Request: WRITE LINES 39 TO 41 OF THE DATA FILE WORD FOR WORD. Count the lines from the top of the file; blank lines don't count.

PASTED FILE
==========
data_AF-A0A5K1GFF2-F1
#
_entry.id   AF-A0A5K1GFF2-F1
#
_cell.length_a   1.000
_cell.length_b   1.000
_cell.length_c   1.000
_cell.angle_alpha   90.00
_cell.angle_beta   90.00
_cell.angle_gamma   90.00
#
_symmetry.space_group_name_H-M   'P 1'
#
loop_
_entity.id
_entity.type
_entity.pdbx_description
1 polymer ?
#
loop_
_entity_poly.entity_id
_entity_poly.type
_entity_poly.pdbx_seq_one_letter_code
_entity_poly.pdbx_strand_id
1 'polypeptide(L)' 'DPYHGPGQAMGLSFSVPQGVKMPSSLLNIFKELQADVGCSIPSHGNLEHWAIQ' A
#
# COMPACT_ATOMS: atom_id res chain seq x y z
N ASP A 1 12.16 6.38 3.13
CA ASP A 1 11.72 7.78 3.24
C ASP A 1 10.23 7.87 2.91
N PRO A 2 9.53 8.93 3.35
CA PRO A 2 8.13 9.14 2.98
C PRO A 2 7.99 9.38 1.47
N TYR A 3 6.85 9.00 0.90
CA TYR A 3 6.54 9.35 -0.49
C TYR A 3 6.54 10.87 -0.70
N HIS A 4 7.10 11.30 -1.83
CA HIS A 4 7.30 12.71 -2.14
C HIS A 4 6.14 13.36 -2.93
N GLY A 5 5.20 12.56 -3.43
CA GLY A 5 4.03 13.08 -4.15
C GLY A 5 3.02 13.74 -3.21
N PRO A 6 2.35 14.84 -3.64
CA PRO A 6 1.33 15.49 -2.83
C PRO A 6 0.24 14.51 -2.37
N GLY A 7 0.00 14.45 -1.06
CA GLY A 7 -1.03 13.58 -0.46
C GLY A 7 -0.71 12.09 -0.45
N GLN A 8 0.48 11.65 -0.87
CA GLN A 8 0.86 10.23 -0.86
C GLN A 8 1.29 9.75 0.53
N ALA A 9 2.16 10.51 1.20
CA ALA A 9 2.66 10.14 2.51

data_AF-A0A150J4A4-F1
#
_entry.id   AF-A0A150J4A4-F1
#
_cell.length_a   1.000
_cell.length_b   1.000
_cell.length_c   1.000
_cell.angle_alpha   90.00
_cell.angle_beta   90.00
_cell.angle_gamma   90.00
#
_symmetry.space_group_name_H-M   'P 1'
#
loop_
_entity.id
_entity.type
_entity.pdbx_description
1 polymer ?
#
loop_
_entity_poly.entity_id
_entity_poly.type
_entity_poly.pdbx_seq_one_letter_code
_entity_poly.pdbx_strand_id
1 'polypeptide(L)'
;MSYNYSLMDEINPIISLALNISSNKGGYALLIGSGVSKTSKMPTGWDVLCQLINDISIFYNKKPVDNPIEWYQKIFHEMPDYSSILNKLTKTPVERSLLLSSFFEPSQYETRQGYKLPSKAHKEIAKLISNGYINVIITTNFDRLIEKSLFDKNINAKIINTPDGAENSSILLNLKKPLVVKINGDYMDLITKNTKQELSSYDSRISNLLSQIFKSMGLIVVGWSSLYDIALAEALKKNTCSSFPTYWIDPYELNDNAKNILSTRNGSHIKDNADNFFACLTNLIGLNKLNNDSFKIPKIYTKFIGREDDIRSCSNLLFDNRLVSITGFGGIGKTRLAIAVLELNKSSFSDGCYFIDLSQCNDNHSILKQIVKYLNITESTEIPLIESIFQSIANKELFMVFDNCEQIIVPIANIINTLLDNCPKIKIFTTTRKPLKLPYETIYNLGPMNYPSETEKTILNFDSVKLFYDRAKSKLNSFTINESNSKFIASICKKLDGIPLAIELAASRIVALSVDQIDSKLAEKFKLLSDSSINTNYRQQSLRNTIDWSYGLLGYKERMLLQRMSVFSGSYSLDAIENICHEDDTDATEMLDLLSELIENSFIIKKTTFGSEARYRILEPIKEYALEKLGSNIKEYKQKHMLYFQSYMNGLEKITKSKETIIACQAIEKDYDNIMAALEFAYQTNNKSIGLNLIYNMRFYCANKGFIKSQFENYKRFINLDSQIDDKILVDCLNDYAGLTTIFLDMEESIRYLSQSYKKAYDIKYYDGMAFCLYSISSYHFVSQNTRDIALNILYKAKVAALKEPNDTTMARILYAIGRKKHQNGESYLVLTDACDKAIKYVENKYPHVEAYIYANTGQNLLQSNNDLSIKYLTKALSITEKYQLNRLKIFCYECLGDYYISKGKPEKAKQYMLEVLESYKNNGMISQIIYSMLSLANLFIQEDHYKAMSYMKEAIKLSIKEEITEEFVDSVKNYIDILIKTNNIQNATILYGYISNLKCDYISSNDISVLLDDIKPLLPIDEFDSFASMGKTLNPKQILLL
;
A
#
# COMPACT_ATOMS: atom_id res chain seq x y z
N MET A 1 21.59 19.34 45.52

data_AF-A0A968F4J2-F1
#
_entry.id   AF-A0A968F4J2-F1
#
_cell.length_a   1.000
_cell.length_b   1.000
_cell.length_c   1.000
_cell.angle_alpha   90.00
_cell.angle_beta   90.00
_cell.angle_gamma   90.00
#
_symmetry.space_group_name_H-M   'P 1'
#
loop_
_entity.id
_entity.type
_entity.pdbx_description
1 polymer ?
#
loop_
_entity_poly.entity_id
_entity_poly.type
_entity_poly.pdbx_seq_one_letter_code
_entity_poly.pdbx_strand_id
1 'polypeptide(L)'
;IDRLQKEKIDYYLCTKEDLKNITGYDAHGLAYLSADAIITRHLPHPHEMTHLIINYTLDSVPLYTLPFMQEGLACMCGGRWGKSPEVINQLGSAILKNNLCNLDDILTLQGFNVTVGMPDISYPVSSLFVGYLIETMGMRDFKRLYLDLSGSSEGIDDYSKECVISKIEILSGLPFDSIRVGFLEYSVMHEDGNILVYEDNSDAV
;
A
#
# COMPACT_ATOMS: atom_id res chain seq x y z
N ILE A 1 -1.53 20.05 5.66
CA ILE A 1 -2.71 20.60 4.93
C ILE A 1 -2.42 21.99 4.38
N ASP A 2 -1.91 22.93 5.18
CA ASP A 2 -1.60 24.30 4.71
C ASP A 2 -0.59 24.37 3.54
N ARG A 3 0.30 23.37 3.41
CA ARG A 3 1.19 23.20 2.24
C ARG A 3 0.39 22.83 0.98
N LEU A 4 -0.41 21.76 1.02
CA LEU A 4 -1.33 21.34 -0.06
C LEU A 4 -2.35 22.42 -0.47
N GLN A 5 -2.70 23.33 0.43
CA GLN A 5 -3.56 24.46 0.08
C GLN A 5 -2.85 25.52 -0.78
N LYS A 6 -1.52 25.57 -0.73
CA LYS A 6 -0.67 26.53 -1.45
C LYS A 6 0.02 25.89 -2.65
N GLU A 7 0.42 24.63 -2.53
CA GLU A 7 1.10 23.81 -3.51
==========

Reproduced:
C HIS A 4 6.14 13.36 -2.93
N GLY A 5 5.20 12.56 -3.43
CA GLY A 5 4.03 13.08 -4.15